The National Bureau of Investigation (NBI) suspects Foreign Minister Pekka Haavisto of official misconduct and unwillingness to cooperate, according to daily Helsingin Sanomat.
The alleged offences took place last autumn when Haavisto decided to re-assign consular chief Pasi Tuominen following a disagreement over a plan to repatriate Finnish citizens from the al-Hol refugee camp in Syria to Finland. Haavisto later apologised to Tuominen and offered him the option of resuming his position.
Parliament’s Constitutional Law Committee called on prosecutors to probe the matter and they in turn handed the case over to police for a preliminary investigation. On Monday the NBI said in a statement that it had concluded the preliminary investigation and that the case had been referred to the Office of the Prosecutor General for consideration of charges.
Haavisto was asked to comment on the development at a press conference held on Wednesday to announce the further lifting of travel restrictions in Finland.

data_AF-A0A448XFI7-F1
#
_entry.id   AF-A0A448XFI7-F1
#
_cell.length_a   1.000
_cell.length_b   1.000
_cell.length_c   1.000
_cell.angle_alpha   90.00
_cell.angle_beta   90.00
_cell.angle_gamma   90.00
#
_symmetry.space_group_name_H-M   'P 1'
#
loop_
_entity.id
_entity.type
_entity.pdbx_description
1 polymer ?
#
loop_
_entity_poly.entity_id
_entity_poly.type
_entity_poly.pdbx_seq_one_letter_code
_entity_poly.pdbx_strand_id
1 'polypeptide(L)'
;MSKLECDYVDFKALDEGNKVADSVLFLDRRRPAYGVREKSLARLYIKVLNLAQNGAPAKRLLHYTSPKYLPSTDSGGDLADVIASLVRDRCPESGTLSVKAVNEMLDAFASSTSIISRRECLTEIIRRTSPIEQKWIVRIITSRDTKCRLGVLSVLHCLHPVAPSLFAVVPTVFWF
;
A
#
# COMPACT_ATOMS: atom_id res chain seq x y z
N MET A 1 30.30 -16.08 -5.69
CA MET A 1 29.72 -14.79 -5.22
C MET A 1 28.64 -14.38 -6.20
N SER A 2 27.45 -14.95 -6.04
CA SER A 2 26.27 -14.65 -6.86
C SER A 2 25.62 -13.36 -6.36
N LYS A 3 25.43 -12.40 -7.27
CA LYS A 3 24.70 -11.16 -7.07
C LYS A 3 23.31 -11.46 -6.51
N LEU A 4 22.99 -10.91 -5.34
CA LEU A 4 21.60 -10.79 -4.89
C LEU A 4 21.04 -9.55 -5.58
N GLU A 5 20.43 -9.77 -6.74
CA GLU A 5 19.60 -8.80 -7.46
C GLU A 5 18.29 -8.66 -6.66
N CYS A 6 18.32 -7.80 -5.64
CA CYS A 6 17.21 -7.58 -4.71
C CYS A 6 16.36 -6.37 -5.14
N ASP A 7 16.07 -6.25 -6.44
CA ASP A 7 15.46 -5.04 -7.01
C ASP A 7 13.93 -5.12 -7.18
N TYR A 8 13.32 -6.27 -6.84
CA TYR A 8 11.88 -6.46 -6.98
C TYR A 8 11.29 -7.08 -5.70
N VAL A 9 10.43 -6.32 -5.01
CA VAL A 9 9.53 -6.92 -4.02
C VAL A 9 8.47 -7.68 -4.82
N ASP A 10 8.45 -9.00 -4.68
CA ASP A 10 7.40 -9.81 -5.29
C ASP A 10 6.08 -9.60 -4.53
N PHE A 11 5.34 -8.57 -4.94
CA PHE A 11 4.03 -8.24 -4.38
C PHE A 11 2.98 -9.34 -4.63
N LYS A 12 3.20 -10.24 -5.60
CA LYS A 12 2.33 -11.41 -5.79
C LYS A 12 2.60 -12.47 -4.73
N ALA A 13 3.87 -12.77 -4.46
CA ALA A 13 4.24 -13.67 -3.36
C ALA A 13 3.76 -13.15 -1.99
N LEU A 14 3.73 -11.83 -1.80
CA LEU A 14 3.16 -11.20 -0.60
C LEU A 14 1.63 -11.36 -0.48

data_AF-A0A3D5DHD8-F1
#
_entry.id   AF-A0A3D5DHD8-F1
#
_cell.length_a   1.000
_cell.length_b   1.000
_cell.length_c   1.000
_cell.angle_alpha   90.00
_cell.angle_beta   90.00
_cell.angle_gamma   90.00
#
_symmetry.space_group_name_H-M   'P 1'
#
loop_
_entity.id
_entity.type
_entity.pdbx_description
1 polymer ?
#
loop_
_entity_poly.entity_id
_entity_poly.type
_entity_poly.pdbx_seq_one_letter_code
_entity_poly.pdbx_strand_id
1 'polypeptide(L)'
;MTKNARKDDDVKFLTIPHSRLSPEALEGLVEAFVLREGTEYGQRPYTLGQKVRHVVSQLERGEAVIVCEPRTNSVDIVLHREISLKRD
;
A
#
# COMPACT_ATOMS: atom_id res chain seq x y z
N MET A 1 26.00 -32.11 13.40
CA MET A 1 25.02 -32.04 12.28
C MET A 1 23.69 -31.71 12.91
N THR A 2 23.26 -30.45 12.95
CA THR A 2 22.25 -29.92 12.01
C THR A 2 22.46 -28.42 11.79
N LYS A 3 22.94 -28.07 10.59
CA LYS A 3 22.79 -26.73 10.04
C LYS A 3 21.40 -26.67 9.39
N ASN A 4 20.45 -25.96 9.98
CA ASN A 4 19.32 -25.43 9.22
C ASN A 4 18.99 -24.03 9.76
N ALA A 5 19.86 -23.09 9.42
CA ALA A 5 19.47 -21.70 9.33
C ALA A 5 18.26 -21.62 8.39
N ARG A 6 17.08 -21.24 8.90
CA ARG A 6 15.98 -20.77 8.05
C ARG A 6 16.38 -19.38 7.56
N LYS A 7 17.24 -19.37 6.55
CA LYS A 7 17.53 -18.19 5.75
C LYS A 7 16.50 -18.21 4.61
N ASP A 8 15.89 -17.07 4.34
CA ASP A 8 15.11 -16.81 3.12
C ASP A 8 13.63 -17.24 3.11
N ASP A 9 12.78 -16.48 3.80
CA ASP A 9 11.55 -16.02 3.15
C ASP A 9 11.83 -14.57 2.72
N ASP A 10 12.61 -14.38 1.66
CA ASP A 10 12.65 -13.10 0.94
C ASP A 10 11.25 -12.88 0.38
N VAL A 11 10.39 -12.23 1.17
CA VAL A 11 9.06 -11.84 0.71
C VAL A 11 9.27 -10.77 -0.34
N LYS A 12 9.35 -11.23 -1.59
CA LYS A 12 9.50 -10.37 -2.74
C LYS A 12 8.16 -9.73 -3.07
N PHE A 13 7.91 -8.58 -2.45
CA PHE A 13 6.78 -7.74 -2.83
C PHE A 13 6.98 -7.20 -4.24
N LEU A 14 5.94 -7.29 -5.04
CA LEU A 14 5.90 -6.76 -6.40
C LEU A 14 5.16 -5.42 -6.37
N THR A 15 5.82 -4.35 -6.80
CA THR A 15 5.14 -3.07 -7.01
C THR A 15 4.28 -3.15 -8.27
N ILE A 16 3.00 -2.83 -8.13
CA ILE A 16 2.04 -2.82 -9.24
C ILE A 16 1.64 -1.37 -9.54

The minister said he cannot comment on a matter that is being probed by the Constitutional Law Committee and said that his work will continue as usual for now.
Haavisto has denied committing any offences during the course of the investigation, HS said. The paper cited sources indicating that investigators had concluded that there was reason to suspect the minister of abuse of office.
Haavisto survives confidence vote
Last autumn the minister came under intense scrutiny for allegedly trying to push through a plan to evacuate about 30 children and half a dozen women from the Syrian refugee camp at al-Hol. There was speculation that his move to re-assign Tuominen was an attempt to eliminate opposition to the plan.
Haavisto later survived a confidence vote over the issue that was spearheaded by the Finns Party, however the Constitutional Law Committee decided to refer the matter to investigators.
The Committee is expected to prepare a final report once prosecutors come to a decision on charges. A decision on possible prosecution will be determined by a vote of the 200 MPs in parliament. Charges brought by parliament will be dealt with in the national court.
The story was updated at 21:08 to include Pekka Haavisto's comment.